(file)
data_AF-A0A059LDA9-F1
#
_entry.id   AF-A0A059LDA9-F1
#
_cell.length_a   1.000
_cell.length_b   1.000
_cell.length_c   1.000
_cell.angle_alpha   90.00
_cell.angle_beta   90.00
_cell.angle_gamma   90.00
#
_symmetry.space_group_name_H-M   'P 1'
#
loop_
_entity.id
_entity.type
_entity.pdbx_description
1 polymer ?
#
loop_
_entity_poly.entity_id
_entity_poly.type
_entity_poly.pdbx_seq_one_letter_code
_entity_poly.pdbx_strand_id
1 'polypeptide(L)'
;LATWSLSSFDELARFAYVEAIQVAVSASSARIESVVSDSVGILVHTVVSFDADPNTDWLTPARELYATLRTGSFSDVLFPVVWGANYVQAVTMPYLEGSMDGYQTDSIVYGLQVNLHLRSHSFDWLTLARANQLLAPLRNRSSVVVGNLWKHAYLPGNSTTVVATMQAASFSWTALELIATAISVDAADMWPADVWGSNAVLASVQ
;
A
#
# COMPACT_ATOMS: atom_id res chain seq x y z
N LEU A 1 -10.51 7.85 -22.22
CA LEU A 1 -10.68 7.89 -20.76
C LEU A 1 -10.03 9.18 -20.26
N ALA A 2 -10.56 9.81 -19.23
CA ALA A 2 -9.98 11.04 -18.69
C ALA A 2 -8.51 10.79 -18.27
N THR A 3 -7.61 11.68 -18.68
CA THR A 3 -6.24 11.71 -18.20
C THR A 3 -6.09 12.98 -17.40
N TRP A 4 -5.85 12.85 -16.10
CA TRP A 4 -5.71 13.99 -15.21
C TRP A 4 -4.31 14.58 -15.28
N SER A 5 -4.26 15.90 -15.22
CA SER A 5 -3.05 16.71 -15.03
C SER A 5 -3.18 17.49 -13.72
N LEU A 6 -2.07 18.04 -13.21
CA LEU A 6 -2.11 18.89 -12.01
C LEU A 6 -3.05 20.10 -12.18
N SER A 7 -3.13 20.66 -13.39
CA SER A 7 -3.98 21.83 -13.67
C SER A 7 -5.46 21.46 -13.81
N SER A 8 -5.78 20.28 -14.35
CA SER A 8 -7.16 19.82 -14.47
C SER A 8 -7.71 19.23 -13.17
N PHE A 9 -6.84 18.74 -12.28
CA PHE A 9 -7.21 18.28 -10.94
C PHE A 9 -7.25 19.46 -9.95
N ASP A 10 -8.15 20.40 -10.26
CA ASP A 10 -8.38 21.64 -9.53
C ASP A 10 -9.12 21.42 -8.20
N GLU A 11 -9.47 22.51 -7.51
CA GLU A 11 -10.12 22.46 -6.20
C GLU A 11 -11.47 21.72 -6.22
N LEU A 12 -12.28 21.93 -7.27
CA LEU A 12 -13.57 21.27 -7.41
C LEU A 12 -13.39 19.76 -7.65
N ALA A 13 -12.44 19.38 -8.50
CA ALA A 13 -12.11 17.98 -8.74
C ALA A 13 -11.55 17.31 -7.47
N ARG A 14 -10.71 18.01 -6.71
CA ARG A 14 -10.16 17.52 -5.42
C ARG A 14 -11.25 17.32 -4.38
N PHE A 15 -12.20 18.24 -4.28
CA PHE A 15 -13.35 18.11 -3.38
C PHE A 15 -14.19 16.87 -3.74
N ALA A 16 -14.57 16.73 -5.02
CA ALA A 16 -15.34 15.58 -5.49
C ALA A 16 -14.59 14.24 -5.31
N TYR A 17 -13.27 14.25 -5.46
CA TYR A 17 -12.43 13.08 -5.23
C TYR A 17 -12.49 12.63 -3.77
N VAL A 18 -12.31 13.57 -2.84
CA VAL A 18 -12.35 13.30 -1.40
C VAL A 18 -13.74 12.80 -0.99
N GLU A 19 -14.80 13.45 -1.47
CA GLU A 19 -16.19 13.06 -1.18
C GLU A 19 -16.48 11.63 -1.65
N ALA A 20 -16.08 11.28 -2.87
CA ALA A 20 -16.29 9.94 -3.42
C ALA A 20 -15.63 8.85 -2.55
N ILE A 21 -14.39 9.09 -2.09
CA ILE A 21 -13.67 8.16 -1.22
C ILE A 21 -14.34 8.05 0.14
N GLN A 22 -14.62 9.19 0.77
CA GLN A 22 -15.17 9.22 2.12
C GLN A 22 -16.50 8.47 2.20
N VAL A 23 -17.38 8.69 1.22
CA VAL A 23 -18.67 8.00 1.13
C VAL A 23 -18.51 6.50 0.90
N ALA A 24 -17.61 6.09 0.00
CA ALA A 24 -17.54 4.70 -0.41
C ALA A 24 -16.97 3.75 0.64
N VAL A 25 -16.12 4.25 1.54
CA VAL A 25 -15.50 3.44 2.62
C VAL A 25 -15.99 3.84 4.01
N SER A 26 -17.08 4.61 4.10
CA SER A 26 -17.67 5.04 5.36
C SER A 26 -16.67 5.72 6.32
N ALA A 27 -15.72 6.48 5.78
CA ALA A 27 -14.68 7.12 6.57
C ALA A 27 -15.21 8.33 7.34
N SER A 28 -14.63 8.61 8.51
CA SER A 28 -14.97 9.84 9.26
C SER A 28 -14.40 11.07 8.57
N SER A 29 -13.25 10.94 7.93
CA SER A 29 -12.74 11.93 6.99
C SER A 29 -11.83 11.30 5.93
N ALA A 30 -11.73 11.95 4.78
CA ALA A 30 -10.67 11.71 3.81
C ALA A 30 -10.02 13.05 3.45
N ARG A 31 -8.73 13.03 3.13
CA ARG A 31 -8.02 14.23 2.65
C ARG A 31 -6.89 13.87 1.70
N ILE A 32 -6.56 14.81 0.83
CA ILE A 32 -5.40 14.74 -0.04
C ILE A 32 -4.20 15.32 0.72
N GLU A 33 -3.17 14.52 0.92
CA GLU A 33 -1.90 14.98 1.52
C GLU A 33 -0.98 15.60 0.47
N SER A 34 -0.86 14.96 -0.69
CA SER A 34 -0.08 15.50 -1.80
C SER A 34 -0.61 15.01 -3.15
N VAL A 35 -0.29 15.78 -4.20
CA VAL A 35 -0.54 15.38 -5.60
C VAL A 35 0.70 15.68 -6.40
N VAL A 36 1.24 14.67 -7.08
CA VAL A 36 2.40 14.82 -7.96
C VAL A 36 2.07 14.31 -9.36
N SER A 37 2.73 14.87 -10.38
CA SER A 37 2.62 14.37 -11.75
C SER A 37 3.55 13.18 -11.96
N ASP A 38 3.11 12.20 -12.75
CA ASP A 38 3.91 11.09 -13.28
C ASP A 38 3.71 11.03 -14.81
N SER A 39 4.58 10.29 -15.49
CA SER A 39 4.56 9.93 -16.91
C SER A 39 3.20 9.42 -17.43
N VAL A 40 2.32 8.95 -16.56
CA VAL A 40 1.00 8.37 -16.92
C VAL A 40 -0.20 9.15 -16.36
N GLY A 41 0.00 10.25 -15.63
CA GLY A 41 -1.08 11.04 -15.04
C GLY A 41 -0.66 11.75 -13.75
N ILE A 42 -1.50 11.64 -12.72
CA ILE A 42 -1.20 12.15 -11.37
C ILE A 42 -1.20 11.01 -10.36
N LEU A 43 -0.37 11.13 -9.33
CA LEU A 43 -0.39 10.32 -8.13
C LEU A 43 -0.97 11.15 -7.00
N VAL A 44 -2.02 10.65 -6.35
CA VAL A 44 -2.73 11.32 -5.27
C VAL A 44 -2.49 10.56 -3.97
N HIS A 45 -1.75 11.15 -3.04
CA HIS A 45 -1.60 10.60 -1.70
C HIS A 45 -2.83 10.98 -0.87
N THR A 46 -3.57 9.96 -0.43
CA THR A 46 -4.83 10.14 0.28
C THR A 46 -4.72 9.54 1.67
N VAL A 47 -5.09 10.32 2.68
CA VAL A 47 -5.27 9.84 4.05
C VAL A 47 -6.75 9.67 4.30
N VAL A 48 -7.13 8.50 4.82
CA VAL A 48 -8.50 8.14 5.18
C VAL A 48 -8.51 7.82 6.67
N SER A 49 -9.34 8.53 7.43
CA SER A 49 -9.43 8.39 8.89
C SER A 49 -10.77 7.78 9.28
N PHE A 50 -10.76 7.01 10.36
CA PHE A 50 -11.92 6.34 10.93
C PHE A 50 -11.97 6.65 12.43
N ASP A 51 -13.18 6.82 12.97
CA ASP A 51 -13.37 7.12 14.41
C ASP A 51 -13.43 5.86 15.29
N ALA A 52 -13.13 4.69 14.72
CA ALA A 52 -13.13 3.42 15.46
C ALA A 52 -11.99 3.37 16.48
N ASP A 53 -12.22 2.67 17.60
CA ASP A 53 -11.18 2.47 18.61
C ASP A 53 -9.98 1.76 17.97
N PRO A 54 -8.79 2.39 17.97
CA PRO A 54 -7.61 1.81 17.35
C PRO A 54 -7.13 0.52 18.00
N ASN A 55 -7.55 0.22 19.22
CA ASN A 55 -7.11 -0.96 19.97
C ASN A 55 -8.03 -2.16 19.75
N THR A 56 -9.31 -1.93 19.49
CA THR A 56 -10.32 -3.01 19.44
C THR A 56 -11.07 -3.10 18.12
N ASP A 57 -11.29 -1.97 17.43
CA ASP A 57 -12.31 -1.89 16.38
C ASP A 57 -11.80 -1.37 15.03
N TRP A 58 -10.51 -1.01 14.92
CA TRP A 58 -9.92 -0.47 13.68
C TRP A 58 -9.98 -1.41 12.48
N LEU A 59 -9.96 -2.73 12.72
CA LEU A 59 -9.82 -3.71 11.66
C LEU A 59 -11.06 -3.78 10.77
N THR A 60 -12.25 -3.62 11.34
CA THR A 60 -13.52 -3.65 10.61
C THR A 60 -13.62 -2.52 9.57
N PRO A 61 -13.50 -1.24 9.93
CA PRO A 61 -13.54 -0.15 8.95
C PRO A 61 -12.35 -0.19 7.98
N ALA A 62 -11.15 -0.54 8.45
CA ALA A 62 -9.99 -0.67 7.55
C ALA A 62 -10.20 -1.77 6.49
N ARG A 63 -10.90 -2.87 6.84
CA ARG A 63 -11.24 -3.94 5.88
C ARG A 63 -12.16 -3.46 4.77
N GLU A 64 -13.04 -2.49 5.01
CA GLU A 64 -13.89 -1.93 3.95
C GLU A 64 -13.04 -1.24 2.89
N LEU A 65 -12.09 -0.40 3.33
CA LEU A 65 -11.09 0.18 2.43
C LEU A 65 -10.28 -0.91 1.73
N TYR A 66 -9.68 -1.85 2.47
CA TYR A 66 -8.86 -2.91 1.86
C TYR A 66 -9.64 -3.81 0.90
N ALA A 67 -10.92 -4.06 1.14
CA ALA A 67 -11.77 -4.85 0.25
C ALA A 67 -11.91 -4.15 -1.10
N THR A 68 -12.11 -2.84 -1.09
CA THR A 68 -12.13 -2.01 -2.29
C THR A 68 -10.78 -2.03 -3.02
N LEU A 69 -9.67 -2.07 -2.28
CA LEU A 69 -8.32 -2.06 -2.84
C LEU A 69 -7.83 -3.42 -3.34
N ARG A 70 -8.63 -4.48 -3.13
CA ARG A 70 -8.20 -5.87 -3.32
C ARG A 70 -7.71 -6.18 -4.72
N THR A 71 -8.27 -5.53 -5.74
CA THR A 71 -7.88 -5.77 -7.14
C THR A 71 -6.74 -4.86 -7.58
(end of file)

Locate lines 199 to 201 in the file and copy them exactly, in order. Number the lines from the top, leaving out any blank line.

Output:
N ASP A 57 -11.29 -1.97 17.43
CA ASP A 57 -12.31 -1.89 16.38
C ASP A 57 -11.80 -1.37 15.03